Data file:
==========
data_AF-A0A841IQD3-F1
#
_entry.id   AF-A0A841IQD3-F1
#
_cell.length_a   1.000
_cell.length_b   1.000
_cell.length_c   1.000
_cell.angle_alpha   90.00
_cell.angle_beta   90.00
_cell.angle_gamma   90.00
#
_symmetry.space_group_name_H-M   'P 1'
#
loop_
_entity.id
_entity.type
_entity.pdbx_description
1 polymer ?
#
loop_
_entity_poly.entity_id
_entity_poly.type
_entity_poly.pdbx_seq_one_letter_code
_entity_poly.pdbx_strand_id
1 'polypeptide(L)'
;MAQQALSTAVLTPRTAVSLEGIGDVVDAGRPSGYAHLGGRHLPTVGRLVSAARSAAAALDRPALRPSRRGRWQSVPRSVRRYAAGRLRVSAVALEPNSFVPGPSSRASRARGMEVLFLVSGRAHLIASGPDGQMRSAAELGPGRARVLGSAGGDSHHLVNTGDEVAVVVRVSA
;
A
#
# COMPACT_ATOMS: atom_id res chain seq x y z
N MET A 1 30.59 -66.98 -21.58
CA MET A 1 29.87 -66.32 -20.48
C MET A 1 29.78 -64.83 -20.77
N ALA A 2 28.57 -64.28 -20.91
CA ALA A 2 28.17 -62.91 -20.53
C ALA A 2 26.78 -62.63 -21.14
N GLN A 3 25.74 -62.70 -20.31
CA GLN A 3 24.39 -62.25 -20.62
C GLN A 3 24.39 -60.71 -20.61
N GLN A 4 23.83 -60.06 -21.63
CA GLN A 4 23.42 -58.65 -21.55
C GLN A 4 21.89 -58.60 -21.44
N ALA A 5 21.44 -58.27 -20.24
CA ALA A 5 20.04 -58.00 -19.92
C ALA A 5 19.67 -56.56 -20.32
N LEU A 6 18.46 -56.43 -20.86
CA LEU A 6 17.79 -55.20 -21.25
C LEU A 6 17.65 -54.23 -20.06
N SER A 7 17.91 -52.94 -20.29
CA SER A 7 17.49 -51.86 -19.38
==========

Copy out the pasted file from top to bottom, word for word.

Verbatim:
data_AF-A0A841IQD3-F1
#
_entry.id   AF-A0A841IQD3-F1
#
_cell.length_a   1.000
_cell.length_b   1.000
_cell.length_c   1.000
_cell.angle_alpha   90.00
_cell.angle_beta   90.00
_cell.angle_gamma   90.00
#
_symmetry.space_group_name_H-M   'P 1'
#
loop_
_entity.id
_entity.type
_entity.pdbx_description
1 polymer ?
#
loop_
_entity_poly.entity_id
_entity_poly.type
_entity_poly.pdbx_seq_one_letter_code
_entity_poly.pdbx_strand_id
1 'polypeptide(L)'
;MAQQALSTAVLTPRTAVSLEGIGDVVDAGRPSGYAHLGGRHLPTVGRLVSAARSAAAALDRPALRPSRRGRWQSVPRSVRRYAAGRLRVSAVALEPNSFVPGPSSRASRARGMEVLFLVSGRAHLIASGPDGQMRSAAELGPGRARVLGSAGGDSHHLVNTGDEVAVVVRVSA
;
A
#
# COMPACT_ATOMS: atom_id res chain seq x y z
N MET A 1 30.59 -66.98 -21.58
CA MET A 1 29.87 -66.32 -20.48
C MET A 1 29.78 -64.83 -20.77
N ALA A 2 28.57 -64.28 -20.91
CA ALA A 2 28.17 -62.91 -20.53
C ALA A 2 26.78 -62.63 -21.14
N GLN A 3 25.74 -62.70 -20.31
CA GLN A 3 24.39 -62.25 -20.62
C GLN A 3 24.39 -60.71 -20.61
N GLN A 4 23.83 -60.06 -21.63
CA GLN A 4 23.42 -58.65 -21.55
C GLN A 4 21.89 -58.60 -21.44
N ALA A 5 21.44 -58.27 -20.24
CA ALA A 5 20.04 -58.00 -19.92
C ALA A 5 19.67 -56.56 -20.32
N LEU A 6 18.46 -56.43 -20.86
CA LEU A 6 17.79 -55.20 -21.25
C LEU A 6 17.65 -54.23 -20.06
N SER A 7 17.91 -52.94 -20.29
CA SER A 7 17.49 -51.86 -19.38